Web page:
Keying Out of Paintings – Canadian Conservation Institute (CCI) Notes 10/9
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CCI Note 10/9 is part of CCI Notes Series 10 (Paintings and Polychrome Sculptures)
Paintings on canvas have a tendency to become slack on their auxiliary supports (i.e., stretchers, strainers). In certain circumstances, a procedure called keying out can be performed to tighten the canvas on stretchers with expandable corner joints. However, if keying out is performed when it is not necessary, or if it is incorrectly executed, serious damage to the painting can result. Anyone undertaking keying out should be aware of the correct procedure and of its limitations.
Keying out is not a routine or basic procedure. If there is doubt concerning its application, seek advice from an experienced conservator before undertaking keying out.
Paintings and the Environment
Paintings respond to fluctuations in relative humidity (RH). It is important to realize that all components of a painting (i.e., wood, canvas, glue size, ground, and paint layers) respond to changes in RH. The overall response of a painting to its environment will vary from one painting to another, depending on the materials present and on the individual reactions of each material.
When RH drops, the paint, ground, and size layers lose moisture, contract, and become increasingly stiff and brittle. In this condition, the layers are most highly stressed and their ability to accommodate dimensional change without cracking is reduced. With increasing RH, these layers gain moisture and become more flexible. However, above approximately 85% RH, the canvas may have a tendency to shrink. Expansion and contraction of the wood stretcher will also affect the painting's response to fluctuations in RH.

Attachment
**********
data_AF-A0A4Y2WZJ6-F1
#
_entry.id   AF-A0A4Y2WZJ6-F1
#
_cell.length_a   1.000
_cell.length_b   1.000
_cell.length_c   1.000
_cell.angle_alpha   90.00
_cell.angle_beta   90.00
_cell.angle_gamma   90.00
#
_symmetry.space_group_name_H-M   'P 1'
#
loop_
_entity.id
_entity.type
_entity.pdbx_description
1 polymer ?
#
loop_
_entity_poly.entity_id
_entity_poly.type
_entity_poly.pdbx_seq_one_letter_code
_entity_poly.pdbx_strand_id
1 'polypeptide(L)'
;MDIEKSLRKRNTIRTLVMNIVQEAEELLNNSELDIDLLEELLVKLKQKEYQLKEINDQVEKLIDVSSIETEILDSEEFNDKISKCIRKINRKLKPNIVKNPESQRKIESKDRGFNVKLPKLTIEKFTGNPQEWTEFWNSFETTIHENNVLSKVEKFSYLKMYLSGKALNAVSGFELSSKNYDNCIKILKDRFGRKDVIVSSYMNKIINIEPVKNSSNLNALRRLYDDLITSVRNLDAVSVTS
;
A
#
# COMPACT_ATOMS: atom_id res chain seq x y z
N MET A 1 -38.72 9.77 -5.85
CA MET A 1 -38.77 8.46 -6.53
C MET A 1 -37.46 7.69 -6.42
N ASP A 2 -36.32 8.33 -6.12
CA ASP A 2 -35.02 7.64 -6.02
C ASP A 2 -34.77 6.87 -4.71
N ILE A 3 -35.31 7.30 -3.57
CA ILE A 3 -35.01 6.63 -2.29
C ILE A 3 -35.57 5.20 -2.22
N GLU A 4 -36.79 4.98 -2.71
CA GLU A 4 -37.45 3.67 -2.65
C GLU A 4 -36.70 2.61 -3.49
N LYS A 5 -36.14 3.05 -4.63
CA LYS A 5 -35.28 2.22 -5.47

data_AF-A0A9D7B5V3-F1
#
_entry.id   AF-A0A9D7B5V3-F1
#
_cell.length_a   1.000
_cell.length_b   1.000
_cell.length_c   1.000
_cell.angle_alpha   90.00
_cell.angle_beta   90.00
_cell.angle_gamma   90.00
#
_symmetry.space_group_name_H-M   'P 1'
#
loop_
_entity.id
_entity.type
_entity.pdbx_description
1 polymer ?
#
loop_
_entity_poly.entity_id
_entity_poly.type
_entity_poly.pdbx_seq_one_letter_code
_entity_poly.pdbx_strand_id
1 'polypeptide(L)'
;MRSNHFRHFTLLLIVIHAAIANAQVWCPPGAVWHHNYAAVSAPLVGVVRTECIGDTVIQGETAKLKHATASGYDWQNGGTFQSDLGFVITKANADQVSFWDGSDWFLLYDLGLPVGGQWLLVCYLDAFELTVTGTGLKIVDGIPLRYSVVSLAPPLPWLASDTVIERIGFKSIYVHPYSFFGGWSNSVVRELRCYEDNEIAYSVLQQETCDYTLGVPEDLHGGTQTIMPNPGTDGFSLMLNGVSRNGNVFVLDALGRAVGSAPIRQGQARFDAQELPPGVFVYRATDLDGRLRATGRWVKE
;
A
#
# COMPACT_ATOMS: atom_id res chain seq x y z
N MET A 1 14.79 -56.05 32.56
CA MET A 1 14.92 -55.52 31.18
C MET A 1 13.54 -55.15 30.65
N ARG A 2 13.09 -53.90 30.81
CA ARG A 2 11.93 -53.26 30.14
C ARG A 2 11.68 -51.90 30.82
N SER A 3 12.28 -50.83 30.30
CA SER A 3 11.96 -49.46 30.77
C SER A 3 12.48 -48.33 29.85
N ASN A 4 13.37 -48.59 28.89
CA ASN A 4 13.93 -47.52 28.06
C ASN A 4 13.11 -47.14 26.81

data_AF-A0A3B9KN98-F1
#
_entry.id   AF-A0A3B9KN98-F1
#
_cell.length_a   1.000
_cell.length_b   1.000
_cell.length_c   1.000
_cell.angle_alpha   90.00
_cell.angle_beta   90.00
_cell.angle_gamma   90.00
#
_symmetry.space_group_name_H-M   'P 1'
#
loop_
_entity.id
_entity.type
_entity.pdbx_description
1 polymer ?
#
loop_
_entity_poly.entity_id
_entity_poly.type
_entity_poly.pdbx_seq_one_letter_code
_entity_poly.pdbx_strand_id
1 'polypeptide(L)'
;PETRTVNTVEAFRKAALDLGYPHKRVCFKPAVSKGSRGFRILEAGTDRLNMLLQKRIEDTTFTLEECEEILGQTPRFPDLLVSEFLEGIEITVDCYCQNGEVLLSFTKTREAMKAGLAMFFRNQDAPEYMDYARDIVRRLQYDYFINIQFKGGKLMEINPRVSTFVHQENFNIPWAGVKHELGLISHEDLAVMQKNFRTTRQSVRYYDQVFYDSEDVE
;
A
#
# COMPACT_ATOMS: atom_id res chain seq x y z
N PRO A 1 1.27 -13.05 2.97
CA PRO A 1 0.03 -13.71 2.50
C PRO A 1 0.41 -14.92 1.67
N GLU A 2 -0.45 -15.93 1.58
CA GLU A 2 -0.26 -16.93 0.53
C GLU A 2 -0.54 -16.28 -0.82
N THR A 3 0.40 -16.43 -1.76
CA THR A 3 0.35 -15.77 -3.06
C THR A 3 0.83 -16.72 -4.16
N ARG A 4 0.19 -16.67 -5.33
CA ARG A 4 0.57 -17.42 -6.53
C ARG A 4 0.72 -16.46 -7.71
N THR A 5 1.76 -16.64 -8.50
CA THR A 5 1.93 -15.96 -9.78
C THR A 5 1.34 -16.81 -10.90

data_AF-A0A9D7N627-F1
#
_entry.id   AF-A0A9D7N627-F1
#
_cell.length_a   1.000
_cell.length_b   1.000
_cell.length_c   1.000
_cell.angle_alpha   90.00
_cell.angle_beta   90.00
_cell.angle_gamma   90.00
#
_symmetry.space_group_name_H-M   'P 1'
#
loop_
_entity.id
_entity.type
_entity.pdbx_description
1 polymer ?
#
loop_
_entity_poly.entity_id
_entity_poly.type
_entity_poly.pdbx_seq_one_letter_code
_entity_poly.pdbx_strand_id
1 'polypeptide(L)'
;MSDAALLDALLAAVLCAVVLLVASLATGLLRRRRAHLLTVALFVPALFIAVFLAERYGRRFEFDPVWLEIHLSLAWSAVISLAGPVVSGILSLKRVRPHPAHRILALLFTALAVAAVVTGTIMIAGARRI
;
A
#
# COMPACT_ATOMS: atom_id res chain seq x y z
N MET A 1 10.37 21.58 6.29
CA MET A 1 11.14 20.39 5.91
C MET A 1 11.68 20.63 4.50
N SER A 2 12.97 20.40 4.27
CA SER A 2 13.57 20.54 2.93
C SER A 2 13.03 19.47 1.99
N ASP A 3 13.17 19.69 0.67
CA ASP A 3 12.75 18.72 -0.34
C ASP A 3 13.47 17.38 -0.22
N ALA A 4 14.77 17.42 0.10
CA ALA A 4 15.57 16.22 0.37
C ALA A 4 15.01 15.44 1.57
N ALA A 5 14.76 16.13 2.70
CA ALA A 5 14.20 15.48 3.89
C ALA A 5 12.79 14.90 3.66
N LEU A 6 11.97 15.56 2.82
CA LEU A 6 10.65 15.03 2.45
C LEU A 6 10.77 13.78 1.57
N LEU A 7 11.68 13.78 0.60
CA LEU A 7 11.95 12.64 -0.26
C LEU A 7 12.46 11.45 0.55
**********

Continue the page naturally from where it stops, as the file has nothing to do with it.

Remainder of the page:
Is Keying Out Necessary?
A painting can have varying degrees of tension, from slack to taut to tight. Ideally, a painting should be "just taut" upon its stretcher; that is, the canvas should be held under minimal, even tension. Tautness in a painting will vary, depending on such factors as the materials present in the painting, the dimensions of the painting, and the environmental conditions surrounding the painting.
Slight slackening and tightening of the painted canvas in response to seasonal fluctuations is to be expected and allowed. These conditions should not be treated by keying out.
A painting that exhibits slackness in the canvas should be observed over a period of one year to determine if the slackness is a temporary response to climatic change, especially to fluctuations in RH.
Minimal keying out may be considered for paintings in which overall slackness is observed throughout an entire annual cycle.
When hanging vertically, a painting that is slack will usually bulge at its centre and may also sag slightly along its lower edge. The object of keying out is to remove slight overall bulging and to bring the painting back into plane.
While overall slackness can often be corrected by keying out, local distortions, such as isolated bulges or draws in the corners, require skilled conservation treatment and should not be treated by keying out.
Tight framing or warping of the stretcher or backing board can cause an overall out-of-plane distortion of the canvas. This distortion may be reduced simply by improving the framing method (consult CCI Notes 10/8, Framing a Painting, and CCI Notes 10/10, Backing Boards for Paintings on Canvas).
When Should Keying Out be Undertaken?
Whether one should be concerned about slackness depends largely on the storage, display, and travel plans for the painting. Generally, slackness in a painting that is permanently stored or displayed in a museum will not result in immediate damage. Therefore, a slack canvas may be observed over a period of time without risk to the condition of the painting. However, if a painting is to travel, flapping of a loose canvas can result in damage to the painting.